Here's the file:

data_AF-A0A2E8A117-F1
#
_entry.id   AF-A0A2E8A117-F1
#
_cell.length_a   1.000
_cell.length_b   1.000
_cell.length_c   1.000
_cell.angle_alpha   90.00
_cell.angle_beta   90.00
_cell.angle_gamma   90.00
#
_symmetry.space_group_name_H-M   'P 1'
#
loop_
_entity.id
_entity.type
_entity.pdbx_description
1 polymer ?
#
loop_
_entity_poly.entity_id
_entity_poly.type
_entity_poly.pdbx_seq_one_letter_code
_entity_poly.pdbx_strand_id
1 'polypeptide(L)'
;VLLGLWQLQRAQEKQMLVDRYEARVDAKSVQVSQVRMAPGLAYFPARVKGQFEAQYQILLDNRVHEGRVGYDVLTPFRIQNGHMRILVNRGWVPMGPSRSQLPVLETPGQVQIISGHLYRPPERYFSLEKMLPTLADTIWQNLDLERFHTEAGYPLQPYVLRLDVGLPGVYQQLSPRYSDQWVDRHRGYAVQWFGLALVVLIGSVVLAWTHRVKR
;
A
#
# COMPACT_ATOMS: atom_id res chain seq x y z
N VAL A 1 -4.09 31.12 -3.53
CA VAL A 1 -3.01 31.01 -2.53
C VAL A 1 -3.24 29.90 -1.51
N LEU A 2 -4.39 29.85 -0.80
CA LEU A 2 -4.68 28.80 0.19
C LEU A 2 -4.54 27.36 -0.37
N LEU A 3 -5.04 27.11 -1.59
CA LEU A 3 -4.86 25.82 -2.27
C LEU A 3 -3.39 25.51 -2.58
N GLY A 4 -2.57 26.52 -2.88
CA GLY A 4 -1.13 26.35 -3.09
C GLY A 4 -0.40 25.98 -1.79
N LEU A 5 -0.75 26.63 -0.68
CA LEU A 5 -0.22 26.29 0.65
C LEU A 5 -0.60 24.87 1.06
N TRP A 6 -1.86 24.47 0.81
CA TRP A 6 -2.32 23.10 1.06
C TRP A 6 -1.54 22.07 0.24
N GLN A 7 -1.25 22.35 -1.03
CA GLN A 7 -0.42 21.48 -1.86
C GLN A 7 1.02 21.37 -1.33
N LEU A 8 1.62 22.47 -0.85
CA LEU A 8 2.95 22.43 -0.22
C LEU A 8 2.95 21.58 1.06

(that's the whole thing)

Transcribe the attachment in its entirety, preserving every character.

data_AF-A0A2E8A117-F1
#
_entry.id   AF-A0A2E8A117-F1
#
_cell.length_a   1.000
_cell.length_b   1.000
_cell.length_c   1.000
_cell.angle_alpha   90.00
_cell.angle_beta   90.00
_cell.angle_gamma   90.00
#
_symmetry.space_group_name_H-M   'P 1'
#
loop_
_entity.id
_entity.type
_entity.pdbx_description
1 polymer ?
#
loop_
_entity_poly.entity_id
_entity_poly.type
_entity_poly.pdbx_seq_one_letter_code
_entity_poly.pdbx_strand_id
1 'polypeptide(L)'
;VLLGLWQLQRAQEKQMLVDRYEARVDAKSVQVSQVRMAPGLAYFPARVKGQFEAQYQILLDNRVHEGRVGYDVLTPFRIQNGHMRILVNRGWVPMGPSRSQLPVLETPGQVQIISGHLYRPPERYFSLEKMLPTLADTIWQNLDLERFHTEAGYPLQPYVLRLDVGLPGVYQQLSPRYSDQWVDRHRGYAVQWFGLALVVLIGSVVLAWTHRVKR
;
A
#
# COMPACT_ATOMS: atom_id res chain seq x y z
N VAL A 1 -4.09 31.12 -3.53
CA VAL A 1 -3.01 31.01 -2.53
C VAL A 1 -3.24 29.90 -1.51
N LEU A 2 -4.39 29.85 -0.80
CA LEU A 2 -4.68 28.80 0.19
C LEU A 2 -4.54 27.36 -0.37
N LEU A 3 -5.04 27.11 -1.59
CA LEU A 3 -4.86 25.82 -2.27
C LEU A 3 -3.39 25.51 -2.58
N GLY A 4 -2.57 26.52 -2.88
CA GLY A 4 -1.13 26.35 -3.09
C GLY A 4 -0.40 25.98 -1.79
N LEU A 5 -0.75 26.63 -0.68
CA LEU A 5 -0.22 26.29 0.65
C LEU A 5 -0.60 24.87 1.06
N TRP A 6 -1.86 24.47 0.81
CA TRP A 6 -2.32 23.10 1.06
C TRP A 6 -1.54 22.07 0.24
N GLN A 7 -1.25 22.35 -1.03
CA GLN A 7 -0.42 21.48 -1.86
C GLN A 7 1.02 21.37 -1.33
N LEU A 8 1.62 22.47 -0.85
CA LEU A 8 2.95 22.43 -0.22
C LEU A 8 2.95 21.58 1.06